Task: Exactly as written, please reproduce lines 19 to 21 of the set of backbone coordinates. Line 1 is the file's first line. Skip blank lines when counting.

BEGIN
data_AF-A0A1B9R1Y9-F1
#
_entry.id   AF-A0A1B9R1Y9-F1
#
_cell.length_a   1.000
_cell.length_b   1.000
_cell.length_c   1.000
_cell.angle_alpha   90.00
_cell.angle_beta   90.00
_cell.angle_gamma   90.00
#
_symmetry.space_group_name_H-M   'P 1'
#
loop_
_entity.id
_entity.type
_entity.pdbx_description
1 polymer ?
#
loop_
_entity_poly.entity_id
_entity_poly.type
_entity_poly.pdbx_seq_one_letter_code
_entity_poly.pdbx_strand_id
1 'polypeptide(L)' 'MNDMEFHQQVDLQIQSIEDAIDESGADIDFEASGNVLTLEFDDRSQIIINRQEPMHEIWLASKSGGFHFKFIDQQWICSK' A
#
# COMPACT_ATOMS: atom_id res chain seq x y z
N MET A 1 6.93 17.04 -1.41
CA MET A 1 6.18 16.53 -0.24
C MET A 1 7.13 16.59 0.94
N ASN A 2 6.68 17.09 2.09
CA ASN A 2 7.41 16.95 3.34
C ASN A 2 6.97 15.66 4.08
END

#
loop_
_entity_poly.entity_id